Adapted from The Smitten Kitchen Cookbook by Deb Perelman. I usually say a few words here about how I feel about either the cookbook or its author, but I’ve covered that, don’t you think? The salad you see in the photo is a kale salad I’ve been eating/adapting for the blog. When it’s completely ready, I’ll share it with you.
Mushroom + Goat Cheese Tart
for the crust:
- 1 cup + 2 tablespoons all-purpose flour
- 1/4 cup yellow cornmeal
- 1/2 teaspoon kosher salt
- 6 tablespoons unsalted butter, chilled and diced into 1/2-inch cubes
- 1 large egg
- 1-2 tablespoons heavy cream
for the filling:
- 2 tablespoons olive oil
- 1 tablespoon unsalted butter
- 2 medium shallots, thinly sliced
- 1 garlic clove, minced
- 1/2 pound cremini or brown mushrooms (sometimes they go by the name “baby bellas”)
- 1 1/2 teaspoons chopped fresh thyme leaves
- 1 pound assorted wild mushrooms, such as shiitake, oyster, or chanterelles, sliced into small segments
- 1 teaspoon kosher salt
- fresh ground black pepper to taste
- 1/4 cup mascarpone cheese, at room temperature
- 1/4 cup milk
- 2 large eggs
- 4 ounces soft goat cheese (about 1/2 cup)
- 1/2 cup fresh grated parmesan cheese
Make your crust:
Before we begin, I want to tell you I LOVE this crust; it’s so incredibly easy to work with, as you can see from above. I’m terrible with tart crusts, but this one was a breeze; cornmeal does a lovely job at keeping things sturdy.
Get out a 9-inch tart pan.
In the bowl of a food processor, add the flour, cornmeal and salt, pulsing until combined. Add the butter cubes and pulse until wet crumbs begin to form. Add the egg and process until your dough begins to come together. If it seems a little on the dry side (you don’t want it wet, but you want it to form a ball), slowly add in a tablespoon of the heavy cream to help it on. If needed, drizzle in the second tablespoon of heavy cream. You’ll know it’s good when your dough comes together and pulls away from the sides of the bowl.
Form the dough into a disk and place on a sheet of parchment paper large enough to roll out your circle. Place another sheet overtop the dough disk (no flour needed, in my opinion) and roll your dough out to fit the tart pan. As I’m rolling, i hover the tart pan over the dough just to see how I’m doing; it will be ready when the dough is larger than the tart pan and has enough excess to press up the sides and have a bit hanging over.
When you’ve finished, take your top parchment off. Place your tart pan bottom in the center of the dough, and then place the rest of the tart pan, centered around the bottom, over top the crust. Slide your hand under the parchment paper and place your other hand securely on the middle of the tart pan bottom. FLIP OVER. Fun! Peel the parchment paper off the crust and sink your crust gently, using your fingers, into the pan. Still working carefully, press the bottom corners and sides of the dough against the pan. Using a sharp, thin-bladed knife, cut any excess of the top. Place in the freezer for 30 minutes.
Prebake your crust:
Deb gives you the option in her book to either prebake or not. I’m superstitious about this, so I always prebake.
Preheat the oven to 375˚F. Remove your crust from the freezer, gently butter one side of a 12 x 12 piece of aluminum foil, and press into the pan, covering the bottom and sides completely. You don’t need pie weights for this one, in case you’re wondering; it won’t puff. If it begins to, poke a few holes in the offending areas with the tines of a fork. Bake your foil-covered crust for 10 minutes, remove from the oven and remove the foil, then bake uncovered for about 5-8 minutes more until crust is lightly golden and firm to the touch. Remove onto a wire rack to cool slightly.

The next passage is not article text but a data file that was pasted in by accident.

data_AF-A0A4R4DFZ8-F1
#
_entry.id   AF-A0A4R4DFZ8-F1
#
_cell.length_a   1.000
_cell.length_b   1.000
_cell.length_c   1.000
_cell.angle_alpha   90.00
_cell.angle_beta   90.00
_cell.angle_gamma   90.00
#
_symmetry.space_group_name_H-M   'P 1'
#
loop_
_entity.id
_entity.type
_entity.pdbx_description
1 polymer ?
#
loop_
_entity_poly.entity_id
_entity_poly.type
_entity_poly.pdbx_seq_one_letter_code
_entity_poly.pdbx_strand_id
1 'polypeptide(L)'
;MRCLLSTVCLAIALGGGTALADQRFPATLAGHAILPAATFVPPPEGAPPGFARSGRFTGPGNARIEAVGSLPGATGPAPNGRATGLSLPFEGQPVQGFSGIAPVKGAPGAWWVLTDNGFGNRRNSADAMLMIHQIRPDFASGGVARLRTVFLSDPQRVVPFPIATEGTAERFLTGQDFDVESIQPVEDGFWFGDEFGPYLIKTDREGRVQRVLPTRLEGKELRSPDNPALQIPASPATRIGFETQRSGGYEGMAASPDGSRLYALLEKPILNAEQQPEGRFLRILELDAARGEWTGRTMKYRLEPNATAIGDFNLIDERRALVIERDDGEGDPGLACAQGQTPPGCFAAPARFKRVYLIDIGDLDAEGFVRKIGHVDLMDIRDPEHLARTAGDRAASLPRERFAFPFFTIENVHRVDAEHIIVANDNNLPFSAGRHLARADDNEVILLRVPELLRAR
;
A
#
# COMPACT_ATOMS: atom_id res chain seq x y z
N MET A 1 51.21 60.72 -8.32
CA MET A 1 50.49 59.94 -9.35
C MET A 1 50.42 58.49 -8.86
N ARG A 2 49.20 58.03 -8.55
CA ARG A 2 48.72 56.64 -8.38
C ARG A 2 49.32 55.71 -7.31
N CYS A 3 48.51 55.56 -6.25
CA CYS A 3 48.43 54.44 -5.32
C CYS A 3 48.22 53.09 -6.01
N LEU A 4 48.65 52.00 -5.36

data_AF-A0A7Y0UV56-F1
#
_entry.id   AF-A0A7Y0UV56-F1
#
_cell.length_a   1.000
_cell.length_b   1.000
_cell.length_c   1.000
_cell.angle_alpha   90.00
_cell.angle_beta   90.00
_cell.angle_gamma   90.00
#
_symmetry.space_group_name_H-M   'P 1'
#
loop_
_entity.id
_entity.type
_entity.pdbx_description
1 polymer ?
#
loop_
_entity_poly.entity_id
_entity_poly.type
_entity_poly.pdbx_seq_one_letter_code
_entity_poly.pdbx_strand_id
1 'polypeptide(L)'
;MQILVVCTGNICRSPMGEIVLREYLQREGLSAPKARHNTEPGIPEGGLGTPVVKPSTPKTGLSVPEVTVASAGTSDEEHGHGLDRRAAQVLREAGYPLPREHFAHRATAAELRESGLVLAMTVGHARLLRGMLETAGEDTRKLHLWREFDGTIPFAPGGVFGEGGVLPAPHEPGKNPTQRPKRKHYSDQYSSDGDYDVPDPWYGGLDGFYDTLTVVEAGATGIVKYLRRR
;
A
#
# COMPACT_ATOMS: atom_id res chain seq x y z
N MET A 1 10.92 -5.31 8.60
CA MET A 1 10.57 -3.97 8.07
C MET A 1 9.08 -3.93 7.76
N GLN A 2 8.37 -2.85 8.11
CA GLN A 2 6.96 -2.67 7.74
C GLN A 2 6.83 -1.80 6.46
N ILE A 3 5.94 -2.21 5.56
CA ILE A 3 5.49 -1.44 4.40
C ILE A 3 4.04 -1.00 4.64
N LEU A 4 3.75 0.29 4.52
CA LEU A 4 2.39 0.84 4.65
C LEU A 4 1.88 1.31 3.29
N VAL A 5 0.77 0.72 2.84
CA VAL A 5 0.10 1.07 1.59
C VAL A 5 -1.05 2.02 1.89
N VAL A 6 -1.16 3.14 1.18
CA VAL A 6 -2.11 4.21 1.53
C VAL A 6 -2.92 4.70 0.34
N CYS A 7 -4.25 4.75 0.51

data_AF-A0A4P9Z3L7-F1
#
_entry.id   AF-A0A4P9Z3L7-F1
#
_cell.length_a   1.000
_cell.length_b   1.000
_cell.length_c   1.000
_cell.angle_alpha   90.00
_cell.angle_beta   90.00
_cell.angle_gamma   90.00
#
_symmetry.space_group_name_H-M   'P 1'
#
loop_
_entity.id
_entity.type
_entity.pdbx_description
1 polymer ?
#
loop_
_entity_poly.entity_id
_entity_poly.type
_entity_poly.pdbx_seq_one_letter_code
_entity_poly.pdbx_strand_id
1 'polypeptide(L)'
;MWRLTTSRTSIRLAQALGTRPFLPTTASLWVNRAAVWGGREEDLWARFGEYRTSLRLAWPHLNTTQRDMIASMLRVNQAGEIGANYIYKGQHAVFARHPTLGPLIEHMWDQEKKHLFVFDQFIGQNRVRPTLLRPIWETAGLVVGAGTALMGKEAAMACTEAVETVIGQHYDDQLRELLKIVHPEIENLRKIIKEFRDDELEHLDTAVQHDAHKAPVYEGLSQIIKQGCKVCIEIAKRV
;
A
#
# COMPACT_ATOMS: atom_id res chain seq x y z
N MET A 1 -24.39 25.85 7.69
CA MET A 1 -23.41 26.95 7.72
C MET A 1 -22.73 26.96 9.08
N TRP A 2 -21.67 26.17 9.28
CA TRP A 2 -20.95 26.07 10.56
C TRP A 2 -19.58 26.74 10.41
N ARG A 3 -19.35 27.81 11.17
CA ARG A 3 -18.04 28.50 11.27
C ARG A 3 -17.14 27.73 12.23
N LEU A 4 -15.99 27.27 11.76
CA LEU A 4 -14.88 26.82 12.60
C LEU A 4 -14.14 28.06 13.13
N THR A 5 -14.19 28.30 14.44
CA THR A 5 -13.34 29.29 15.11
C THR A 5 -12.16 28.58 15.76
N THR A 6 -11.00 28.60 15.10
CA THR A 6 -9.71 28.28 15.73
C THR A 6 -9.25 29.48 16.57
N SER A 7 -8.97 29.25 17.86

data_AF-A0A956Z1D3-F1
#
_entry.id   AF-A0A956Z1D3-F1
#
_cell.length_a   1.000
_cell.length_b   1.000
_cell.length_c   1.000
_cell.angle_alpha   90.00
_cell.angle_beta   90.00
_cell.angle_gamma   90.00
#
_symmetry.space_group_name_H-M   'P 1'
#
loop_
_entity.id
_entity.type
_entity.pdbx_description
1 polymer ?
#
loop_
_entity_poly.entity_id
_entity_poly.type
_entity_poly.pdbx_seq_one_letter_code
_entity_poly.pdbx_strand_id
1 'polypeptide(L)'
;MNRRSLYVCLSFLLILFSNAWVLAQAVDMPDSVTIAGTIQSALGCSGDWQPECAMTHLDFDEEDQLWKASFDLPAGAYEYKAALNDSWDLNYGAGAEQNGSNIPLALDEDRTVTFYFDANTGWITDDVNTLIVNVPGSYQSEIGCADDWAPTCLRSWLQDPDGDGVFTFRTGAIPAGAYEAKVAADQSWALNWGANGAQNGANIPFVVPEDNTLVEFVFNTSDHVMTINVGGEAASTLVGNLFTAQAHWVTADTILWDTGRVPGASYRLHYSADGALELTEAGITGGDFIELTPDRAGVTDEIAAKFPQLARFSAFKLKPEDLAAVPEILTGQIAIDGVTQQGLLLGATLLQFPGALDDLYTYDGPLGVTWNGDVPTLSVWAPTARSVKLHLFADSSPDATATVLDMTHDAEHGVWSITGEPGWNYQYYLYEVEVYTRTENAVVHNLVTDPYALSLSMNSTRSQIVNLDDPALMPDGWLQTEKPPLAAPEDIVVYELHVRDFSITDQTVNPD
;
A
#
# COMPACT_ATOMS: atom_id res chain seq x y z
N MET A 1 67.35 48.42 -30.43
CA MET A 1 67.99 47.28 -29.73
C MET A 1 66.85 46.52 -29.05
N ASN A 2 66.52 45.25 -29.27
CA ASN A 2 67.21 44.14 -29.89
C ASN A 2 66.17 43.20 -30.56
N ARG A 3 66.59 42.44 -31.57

Reduce your oven temperature to 350˚F.
Make your filling:
Add olive oil and butter to a large saute pan over medium heat. Once the butter is melted, add the shallots and cook, stirring occasionally, until soft, about 5 minutes. Add the garlic and continue to cook for about 30 seconds more. Increase the heat to medium high and add the mushrooms and thyme and cook until the mushrooms have softened, about 10 minutes. Stir them frequently as you cook them, making sure that they all get their moment in the olive oil and butter. At some point, you’ll see them release their liquid and that liquid will cook out; that’s when they’re done. Stir in the salt and season with black pepper, then transfer to a plate to cool while you make the rest of the filling.
In a large bowl, add the mascarpone and goat cheese. drizzle in the milk, whisking (or using an electric mixer on lowest speed) until combined and smooth. Using a regular whisk (if you didn’t start with one), whisk in your eggs and then stir in your parmesan cheese until everything is evenly distributed. Stir in the mushrooms using a rubber spatula and a folding motion, until your filling is completely combined.
Assemble your tart:
Everyone does this differently, but I’ve found that tarts involving both a liquid and a solid work much better if you add the solid first; it’s so much less messy, because it lets you spread the solid out evenly without sloshing the liquid over the sides. Using a slotted spoon (some of the cheese can come along with), lift out the mushrooms and spread them evenly over the crust, from center to edge. When finished, slowly pour the liquid cheese/milk mixture over top, taking care to get it into all the crevices; it should all fit. Don’t be fearful if it’s right at the top edge: This puffs, but when it does, it crusts over slightly, thereby keeping your liquids in place.
Place carefully in the oven and bake for 35-45 minutes until puffed and golden on top. You’ll see the edges begin to get golden first, so check at the 30 minute mark specifically to see how the center is doing. Watch until your filling is set, then remove and transfer to a wire rack to cool.
You can either allow it to cool for about 10-15 minutes and serve it warm, or eat it at room temperature. I’ll say this: it’s much easier to cut the closer it is to room temperature, so keep that in mind when you plan.Pin It